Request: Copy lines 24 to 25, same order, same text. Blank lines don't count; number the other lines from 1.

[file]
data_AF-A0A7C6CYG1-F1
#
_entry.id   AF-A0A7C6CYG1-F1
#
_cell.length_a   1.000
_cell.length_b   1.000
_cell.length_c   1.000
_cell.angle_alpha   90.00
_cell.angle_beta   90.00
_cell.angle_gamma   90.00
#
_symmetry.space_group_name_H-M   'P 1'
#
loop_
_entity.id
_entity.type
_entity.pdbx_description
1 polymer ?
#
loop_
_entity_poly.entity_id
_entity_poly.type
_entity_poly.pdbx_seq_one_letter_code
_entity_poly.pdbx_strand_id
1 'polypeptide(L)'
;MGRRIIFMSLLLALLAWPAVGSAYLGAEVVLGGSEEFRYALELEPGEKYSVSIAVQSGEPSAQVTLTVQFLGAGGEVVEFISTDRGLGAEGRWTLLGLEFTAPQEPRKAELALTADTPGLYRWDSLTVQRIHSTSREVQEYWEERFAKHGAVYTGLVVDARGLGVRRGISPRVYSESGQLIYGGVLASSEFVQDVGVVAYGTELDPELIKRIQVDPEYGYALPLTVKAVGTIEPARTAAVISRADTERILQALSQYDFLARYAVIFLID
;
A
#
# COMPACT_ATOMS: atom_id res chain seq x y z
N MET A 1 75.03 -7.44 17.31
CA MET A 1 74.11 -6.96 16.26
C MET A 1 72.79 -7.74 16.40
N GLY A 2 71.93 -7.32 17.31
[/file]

_entity_poly.pdbx_strand_id
1 'polypeptide(L)'